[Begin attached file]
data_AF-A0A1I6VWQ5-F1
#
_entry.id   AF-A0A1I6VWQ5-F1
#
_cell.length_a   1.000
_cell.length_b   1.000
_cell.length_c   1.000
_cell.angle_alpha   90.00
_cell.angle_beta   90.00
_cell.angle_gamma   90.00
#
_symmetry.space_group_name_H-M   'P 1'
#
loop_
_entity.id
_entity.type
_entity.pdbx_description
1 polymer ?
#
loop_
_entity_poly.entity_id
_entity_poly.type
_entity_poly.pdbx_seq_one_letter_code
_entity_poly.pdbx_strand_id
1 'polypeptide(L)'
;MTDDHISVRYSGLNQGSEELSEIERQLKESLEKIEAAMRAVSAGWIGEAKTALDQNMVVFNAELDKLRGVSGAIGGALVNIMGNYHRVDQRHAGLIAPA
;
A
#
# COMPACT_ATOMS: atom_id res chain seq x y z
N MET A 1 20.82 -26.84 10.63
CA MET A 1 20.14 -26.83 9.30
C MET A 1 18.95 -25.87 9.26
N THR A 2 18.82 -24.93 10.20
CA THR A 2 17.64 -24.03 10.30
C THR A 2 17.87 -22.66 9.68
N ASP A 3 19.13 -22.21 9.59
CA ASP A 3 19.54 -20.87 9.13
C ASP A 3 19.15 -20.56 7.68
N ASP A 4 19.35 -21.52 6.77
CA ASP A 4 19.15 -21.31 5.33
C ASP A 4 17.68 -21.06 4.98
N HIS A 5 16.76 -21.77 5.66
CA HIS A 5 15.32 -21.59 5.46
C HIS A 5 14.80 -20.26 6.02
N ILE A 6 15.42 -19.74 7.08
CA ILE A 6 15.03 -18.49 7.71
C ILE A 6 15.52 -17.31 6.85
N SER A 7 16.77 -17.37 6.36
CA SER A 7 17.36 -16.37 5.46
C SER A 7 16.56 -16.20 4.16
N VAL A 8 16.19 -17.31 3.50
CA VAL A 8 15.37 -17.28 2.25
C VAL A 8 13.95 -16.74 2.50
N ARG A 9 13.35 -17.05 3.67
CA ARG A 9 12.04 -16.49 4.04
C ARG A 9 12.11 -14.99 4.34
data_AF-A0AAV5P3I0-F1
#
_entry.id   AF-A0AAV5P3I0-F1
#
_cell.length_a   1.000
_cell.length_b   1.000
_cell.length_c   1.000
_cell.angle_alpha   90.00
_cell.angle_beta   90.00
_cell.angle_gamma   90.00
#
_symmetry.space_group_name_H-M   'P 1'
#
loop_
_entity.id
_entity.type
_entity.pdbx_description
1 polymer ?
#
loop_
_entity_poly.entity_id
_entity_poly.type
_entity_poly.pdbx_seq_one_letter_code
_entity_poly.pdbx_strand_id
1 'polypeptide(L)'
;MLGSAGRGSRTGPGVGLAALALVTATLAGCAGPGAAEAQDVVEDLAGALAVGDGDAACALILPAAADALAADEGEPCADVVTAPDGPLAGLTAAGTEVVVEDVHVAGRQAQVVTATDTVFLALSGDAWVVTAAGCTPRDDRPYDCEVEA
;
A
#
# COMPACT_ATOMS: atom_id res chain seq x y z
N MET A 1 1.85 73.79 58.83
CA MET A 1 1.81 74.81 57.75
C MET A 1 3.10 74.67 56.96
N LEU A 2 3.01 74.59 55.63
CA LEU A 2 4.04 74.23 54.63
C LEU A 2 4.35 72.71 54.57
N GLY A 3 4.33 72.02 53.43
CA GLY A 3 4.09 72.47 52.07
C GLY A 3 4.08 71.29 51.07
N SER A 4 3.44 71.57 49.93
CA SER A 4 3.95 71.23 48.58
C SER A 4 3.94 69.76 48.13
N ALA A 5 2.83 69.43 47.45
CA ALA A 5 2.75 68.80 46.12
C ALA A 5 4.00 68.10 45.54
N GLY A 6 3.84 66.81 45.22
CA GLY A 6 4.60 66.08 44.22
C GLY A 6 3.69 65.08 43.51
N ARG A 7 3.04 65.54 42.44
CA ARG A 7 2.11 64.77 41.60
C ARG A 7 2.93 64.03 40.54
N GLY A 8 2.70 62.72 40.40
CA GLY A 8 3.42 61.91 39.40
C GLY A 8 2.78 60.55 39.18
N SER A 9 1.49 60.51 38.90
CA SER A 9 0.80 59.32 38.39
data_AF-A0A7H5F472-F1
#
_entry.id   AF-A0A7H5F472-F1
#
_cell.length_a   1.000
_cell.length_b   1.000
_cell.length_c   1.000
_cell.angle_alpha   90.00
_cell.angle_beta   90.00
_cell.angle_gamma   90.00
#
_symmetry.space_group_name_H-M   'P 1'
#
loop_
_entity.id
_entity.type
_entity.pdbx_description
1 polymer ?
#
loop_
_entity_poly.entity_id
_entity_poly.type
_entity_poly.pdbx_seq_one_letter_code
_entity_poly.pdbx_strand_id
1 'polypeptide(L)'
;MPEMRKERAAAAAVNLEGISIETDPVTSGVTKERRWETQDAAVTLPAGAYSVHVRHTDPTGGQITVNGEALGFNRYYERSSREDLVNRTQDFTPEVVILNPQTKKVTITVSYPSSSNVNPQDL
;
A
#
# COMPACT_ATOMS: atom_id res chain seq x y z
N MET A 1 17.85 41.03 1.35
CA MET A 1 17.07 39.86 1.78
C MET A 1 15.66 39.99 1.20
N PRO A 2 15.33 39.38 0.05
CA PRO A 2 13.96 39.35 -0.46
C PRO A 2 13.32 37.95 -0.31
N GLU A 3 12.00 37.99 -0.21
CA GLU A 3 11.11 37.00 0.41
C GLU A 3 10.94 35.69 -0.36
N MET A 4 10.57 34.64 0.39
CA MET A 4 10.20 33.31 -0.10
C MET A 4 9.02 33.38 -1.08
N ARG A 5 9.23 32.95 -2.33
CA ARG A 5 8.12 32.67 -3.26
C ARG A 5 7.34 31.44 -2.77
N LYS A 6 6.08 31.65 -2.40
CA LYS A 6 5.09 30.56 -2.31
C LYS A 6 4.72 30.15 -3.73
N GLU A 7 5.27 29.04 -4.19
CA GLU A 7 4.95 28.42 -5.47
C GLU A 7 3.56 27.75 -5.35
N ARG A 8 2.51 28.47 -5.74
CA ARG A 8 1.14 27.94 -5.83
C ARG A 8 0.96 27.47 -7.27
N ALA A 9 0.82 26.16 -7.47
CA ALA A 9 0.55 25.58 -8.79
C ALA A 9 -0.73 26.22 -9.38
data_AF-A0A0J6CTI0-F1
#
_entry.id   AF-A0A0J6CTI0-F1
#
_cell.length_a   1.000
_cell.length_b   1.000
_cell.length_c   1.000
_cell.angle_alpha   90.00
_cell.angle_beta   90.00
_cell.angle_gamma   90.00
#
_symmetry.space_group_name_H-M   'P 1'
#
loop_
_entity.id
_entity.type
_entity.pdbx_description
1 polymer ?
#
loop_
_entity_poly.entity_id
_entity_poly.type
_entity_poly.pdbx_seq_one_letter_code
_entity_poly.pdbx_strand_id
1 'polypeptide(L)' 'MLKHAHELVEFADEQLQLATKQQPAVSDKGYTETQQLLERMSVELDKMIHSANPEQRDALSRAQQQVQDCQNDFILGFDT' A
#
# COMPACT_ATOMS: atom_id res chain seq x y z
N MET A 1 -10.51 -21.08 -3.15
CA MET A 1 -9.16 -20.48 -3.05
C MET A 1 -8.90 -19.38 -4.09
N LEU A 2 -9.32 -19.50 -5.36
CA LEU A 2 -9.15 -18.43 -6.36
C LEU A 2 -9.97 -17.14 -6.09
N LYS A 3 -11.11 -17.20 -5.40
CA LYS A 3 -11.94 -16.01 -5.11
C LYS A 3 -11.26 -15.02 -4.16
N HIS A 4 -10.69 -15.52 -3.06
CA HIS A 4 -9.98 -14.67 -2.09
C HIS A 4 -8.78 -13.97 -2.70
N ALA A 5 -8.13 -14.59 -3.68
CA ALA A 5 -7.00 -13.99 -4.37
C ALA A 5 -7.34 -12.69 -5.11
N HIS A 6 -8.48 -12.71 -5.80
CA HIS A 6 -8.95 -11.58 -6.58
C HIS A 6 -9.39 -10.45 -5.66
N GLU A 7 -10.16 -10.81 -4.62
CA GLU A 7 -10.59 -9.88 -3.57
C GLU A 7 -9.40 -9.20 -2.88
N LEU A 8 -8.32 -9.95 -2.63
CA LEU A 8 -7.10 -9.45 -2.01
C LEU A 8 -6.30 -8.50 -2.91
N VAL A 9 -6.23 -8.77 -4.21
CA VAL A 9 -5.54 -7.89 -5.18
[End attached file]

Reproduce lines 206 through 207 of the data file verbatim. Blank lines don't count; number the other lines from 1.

C LYS A 3 -11.26 -15.02 -4.16
N HIS A 4 -10.69 -15.52 -3.06